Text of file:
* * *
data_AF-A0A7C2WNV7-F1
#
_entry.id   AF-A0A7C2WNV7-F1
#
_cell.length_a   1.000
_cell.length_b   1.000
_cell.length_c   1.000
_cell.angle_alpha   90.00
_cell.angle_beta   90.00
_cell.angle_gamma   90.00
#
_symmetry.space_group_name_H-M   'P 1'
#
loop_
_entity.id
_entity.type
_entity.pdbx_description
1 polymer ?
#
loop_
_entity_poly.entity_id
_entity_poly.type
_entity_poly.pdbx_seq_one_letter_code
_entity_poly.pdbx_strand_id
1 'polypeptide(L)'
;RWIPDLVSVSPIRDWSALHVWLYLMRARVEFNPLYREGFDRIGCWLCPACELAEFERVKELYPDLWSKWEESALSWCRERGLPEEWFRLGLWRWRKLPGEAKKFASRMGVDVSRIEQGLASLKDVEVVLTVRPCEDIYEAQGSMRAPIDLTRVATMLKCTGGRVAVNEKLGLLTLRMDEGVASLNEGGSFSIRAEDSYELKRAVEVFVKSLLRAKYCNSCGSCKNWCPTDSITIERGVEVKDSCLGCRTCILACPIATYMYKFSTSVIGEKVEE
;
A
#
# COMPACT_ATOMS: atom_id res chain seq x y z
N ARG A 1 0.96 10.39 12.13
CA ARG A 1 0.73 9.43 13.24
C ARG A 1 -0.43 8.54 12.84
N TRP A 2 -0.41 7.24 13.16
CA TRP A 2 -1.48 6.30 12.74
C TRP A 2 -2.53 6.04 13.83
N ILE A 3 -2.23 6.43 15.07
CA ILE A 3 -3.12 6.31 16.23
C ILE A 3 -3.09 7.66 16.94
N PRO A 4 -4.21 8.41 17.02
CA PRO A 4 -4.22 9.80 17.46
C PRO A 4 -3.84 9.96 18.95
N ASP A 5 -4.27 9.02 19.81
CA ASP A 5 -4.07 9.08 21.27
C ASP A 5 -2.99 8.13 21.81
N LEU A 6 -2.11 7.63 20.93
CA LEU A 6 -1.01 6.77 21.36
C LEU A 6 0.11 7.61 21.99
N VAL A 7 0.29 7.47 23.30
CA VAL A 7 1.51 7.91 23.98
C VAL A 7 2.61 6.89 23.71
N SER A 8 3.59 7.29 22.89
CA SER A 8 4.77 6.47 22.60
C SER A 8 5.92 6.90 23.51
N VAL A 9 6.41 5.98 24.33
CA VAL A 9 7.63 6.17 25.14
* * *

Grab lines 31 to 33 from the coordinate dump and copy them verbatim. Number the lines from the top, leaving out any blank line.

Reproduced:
N ARG A 1 0.96 10.39 12.13
CA ARG A 1 0.73 9.43 13.24
C ARG A 1 -0.43 8.54 12.84